Washington, July 10 (ANI): A new research has determined that the tight cluster of stars surrounding a supermassive black hole after it has been violently kicked out of a galaxy represents a new kind of astronomical object and a fossil record of the kick.
The research, published in The Astrophysical Journal discusses the theoretical properties of "hypercompact stellar systems" and suggests that hundreds of these faint star clusters might be detected at optical wavelengths in our immediate cosmic environment.
Hypercompact stellar systems result when a supermassive black hole is violently ejected from a galaxy, following a merger with another supermassive black hole.
The evicted black hole rips stars from the galaxy as it is thrown out.
The stars closest to the black hole move in tandem with the massive object and become a permanent record of the velocity at which the kick occurred.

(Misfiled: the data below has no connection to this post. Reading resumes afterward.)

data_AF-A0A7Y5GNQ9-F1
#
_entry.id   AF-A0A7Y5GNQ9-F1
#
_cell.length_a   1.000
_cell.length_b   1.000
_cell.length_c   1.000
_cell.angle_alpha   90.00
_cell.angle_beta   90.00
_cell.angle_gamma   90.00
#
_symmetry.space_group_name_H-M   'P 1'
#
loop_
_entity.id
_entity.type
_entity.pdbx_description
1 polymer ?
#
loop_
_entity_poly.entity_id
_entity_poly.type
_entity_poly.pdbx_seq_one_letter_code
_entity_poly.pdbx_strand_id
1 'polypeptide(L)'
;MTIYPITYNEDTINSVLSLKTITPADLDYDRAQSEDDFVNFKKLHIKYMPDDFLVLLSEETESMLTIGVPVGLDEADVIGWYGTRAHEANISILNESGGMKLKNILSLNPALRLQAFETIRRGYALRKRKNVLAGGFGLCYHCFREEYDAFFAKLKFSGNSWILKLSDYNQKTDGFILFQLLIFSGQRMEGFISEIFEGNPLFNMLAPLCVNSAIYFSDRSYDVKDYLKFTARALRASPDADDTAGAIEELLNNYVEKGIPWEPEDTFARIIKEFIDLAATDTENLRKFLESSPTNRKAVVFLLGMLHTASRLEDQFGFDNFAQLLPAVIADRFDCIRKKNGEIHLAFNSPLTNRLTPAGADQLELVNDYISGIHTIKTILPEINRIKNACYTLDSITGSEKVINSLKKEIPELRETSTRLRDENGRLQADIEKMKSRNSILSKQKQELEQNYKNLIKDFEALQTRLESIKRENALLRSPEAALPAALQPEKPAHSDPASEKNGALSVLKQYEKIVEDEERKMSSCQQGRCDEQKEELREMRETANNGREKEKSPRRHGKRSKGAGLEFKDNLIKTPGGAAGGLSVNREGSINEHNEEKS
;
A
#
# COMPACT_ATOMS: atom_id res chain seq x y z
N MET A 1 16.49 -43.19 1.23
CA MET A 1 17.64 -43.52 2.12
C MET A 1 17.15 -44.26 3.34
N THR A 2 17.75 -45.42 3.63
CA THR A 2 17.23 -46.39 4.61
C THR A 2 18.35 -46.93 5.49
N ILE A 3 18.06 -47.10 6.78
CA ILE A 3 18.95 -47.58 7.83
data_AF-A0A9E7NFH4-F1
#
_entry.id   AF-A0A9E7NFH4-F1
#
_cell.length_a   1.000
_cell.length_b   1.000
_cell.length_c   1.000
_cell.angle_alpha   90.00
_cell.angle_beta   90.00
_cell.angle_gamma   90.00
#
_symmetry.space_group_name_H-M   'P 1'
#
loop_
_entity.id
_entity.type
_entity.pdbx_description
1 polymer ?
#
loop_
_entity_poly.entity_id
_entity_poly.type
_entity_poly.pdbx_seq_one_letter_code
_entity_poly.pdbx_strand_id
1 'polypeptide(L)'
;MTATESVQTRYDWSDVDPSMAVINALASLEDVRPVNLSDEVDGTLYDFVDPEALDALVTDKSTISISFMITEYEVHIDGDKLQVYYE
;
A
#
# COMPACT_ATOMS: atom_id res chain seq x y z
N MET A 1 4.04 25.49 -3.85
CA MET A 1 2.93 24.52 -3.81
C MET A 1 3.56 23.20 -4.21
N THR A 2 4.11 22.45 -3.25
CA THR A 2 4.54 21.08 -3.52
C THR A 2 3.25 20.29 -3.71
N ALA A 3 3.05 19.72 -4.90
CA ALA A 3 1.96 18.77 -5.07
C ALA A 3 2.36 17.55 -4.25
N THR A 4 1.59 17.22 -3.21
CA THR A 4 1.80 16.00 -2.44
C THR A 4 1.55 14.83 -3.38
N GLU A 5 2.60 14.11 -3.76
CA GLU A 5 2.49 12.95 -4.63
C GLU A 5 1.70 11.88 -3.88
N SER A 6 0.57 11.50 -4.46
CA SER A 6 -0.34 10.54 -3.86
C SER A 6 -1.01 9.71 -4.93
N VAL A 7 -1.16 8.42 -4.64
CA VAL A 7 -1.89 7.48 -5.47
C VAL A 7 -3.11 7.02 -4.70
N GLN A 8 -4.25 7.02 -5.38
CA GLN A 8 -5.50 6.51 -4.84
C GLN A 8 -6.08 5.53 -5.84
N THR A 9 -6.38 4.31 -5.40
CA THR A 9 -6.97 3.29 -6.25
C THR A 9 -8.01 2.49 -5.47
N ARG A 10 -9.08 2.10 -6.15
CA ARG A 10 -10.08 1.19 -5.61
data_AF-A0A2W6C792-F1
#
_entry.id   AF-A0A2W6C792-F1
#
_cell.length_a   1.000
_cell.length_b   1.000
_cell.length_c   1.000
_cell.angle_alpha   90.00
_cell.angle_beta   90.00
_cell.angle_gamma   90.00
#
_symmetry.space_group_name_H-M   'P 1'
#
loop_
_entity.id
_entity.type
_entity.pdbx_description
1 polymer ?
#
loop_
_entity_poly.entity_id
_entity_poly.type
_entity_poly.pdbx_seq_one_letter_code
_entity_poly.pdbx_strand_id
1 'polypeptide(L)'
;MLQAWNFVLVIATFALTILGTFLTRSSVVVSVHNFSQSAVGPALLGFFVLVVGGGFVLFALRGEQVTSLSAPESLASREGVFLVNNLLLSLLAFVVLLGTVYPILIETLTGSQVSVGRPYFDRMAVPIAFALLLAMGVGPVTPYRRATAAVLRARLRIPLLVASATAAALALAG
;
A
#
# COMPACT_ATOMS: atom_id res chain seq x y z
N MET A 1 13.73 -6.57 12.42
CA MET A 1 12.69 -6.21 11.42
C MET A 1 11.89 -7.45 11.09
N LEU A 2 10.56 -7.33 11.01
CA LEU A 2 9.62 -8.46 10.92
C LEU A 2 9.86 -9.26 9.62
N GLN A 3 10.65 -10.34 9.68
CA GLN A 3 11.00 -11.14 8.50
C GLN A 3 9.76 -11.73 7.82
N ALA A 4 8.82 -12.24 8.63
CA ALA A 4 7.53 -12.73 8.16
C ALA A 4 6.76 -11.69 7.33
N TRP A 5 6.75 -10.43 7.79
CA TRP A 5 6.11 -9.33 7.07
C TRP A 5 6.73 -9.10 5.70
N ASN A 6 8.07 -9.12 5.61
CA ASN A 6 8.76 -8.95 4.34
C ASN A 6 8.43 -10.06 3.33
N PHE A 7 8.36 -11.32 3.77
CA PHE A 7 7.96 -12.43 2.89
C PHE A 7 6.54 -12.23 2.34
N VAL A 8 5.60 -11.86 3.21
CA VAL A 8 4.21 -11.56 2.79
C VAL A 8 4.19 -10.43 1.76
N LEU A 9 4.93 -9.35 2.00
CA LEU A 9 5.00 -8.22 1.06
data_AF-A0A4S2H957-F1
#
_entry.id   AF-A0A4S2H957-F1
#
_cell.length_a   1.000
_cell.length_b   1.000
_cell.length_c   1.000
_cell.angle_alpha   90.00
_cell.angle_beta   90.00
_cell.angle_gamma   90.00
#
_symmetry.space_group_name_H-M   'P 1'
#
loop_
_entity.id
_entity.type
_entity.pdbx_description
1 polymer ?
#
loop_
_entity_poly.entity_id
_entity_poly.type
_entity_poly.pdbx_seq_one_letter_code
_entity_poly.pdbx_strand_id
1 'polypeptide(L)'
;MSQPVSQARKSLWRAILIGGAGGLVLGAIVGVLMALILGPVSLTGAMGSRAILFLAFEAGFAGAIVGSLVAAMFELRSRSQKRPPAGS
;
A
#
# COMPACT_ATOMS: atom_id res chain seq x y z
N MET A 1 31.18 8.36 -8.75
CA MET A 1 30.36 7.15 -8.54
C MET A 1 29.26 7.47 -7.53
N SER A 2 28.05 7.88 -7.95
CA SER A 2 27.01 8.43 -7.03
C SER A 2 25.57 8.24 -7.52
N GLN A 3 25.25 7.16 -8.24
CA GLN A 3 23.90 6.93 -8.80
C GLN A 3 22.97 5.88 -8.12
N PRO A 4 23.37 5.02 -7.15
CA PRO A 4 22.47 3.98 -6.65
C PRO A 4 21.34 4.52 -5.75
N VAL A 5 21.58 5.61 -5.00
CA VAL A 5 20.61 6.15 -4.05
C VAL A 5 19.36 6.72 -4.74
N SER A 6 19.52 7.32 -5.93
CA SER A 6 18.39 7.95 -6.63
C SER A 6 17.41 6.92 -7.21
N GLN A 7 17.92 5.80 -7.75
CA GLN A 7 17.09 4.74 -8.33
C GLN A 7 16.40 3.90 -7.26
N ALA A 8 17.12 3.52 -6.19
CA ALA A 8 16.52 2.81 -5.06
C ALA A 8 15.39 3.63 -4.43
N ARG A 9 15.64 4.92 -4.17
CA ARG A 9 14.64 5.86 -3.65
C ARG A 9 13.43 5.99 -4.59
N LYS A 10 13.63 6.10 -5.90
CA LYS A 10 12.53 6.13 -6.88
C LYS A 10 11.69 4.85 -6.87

"You can measure how big the kick was by measuring how fast the stars are moving around the black hole," said David Merritt, from Rochester Institute of Technology.
"Only stars orbiting faster than the kick velocity remain attached to the black hole after the kick. These stars carry with them a kind of fossil record of the kick, even after the black hole has slowed down. In principle, you can reconstruct the properties of the kick, which is nice because there would be no other way to do it," he added.
"Finding these objects would be like discovering DNA from a long-extinct species," added Stefanie Komossa, from the Max-Planck-Institut for Extraterrestrial Physics in Germany.
The best place to find hypercompact stellar systems is in cluster of galaxies like the nearby Coma and Virgo clusters, according to the researchers.
These dense regions of space contain thousands of galaxies that have been merging for a long time. Merging galaxies result in merging black holes, which is a prerequisite for the kicks.
"Even if the black hole gets kicked out of one galaxy, it's still going to be gravitationally bound to the whole cluster of galaxies," Merritt said. "The total gravity of all the galaxies is acting on that black hole. If it was ever produced, it's still going to be there somewhere in that cluster," he added.
Merritt and his co-authors think that scientists may have already seen hypercompact stellar systems and not realized it.
These objects would be easy to mistake for common star systems like globular clusters. (ANI)